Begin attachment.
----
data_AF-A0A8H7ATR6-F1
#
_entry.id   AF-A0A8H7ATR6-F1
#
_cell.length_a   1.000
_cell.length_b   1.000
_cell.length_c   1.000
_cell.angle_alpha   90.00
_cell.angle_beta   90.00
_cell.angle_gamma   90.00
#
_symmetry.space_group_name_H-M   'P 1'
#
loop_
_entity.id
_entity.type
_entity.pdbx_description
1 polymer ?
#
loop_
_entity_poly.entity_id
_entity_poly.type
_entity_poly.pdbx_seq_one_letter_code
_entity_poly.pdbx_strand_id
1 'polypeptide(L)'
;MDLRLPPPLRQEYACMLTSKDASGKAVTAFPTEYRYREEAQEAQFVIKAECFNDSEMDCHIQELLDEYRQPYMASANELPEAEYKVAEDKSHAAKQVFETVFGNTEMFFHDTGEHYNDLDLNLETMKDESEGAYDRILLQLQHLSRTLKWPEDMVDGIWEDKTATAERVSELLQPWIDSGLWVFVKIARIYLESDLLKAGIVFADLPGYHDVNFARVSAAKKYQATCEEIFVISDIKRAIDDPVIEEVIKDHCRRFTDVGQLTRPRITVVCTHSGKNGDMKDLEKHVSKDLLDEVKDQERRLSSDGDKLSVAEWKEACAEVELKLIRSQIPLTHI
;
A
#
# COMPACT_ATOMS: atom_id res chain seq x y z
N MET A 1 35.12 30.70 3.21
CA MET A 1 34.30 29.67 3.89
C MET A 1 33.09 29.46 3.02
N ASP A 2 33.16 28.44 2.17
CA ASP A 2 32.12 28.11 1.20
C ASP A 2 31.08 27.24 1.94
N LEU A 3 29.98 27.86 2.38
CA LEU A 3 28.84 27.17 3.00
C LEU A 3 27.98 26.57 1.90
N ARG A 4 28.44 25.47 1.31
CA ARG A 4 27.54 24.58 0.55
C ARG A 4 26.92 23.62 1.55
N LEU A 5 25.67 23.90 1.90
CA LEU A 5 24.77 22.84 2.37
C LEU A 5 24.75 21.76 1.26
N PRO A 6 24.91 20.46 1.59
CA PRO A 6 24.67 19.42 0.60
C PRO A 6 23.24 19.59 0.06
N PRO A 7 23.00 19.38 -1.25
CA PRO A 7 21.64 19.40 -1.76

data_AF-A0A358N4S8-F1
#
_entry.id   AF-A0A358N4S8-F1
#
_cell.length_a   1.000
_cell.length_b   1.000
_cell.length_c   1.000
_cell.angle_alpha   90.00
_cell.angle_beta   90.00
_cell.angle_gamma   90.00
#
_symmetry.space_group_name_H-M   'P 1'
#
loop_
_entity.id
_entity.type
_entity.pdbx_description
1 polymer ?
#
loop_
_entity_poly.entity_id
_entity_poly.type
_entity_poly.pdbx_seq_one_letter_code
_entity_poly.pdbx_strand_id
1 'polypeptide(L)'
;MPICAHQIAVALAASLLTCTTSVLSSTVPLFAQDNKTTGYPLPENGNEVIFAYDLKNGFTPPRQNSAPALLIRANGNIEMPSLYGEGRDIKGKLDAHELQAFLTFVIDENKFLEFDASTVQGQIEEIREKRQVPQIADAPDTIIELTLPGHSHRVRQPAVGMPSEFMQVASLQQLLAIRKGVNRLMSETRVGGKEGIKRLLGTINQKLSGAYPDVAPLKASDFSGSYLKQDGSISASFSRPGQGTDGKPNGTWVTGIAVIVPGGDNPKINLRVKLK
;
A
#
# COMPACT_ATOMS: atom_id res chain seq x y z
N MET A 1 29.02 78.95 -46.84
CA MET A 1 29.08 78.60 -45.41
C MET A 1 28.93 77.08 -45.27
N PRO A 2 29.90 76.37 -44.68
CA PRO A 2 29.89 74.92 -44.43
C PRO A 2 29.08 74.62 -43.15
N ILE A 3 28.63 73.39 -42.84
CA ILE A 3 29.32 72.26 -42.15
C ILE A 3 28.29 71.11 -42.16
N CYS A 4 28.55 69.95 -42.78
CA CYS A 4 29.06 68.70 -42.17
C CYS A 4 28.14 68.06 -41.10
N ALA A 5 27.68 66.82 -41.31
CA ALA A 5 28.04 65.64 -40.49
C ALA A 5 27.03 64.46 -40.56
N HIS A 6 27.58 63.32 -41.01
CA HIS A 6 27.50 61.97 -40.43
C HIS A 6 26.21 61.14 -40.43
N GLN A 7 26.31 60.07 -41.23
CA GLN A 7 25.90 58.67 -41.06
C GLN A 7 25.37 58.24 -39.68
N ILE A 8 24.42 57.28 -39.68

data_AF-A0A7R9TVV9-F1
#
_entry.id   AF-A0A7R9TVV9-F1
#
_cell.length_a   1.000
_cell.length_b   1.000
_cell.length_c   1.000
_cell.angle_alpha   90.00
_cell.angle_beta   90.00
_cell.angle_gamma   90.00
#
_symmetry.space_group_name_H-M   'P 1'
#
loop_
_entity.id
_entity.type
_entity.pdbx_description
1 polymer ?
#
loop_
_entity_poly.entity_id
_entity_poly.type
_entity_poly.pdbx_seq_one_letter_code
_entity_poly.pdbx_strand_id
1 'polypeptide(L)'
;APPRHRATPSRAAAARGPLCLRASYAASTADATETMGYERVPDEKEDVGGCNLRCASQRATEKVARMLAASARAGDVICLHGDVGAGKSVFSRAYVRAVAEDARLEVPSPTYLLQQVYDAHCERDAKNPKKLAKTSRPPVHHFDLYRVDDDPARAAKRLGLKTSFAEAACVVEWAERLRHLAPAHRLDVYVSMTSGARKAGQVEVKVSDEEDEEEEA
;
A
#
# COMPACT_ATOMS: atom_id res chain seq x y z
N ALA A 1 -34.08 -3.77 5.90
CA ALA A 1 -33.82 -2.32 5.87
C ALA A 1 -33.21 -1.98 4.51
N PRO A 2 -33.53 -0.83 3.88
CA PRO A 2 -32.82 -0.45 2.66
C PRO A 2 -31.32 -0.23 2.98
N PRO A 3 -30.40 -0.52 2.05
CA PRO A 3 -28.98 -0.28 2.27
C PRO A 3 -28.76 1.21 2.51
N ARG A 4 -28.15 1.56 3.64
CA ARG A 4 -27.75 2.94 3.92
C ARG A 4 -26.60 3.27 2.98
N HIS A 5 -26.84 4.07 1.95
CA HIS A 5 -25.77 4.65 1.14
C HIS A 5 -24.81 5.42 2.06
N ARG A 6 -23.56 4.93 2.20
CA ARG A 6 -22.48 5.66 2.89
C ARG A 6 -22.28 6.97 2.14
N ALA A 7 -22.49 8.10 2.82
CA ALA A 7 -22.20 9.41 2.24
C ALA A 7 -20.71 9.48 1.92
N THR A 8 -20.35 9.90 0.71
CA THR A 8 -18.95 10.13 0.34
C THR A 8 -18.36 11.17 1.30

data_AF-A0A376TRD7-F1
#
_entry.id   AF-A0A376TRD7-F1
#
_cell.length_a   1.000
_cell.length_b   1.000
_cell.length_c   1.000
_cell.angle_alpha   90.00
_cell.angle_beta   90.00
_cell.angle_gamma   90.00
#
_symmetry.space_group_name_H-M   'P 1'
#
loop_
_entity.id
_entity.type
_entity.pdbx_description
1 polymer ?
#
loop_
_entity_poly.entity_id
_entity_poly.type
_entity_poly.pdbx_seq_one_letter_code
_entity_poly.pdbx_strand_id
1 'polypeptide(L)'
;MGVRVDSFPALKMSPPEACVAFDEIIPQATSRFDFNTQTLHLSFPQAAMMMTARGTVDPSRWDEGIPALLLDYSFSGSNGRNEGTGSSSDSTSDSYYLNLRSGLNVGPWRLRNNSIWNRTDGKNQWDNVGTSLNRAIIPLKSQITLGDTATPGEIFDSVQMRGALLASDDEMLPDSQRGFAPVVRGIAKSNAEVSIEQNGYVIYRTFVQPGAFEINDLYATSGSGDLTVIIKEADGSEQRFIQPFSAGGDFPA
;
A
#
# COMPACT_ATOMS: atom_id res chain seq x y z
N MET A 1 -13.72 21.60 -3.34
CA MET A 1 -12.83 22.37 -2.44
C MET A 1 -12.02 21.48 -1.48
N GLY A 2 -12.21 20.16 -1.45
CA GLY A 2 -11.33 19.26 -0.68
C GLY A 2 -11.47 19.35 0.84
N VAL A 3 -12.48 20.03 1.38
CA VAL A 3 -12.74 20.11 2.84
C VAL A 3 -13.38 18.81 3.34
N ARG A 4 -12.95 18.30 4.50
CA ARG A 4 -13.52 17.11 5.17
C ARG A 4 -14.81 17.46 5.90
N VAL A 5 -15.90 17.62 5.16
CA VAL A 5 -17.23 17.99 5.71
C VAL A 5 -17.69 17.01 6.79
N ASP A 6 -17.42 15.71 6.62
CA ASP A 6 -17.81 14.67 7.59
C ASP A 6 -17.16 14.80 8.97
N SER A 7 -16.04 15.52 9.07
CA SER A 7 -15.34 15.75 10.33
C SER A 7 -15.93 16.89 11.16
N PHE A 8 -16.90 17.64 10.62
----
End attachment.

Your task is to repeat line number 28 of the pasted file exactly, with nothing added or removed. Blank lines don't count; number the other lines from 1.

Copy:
A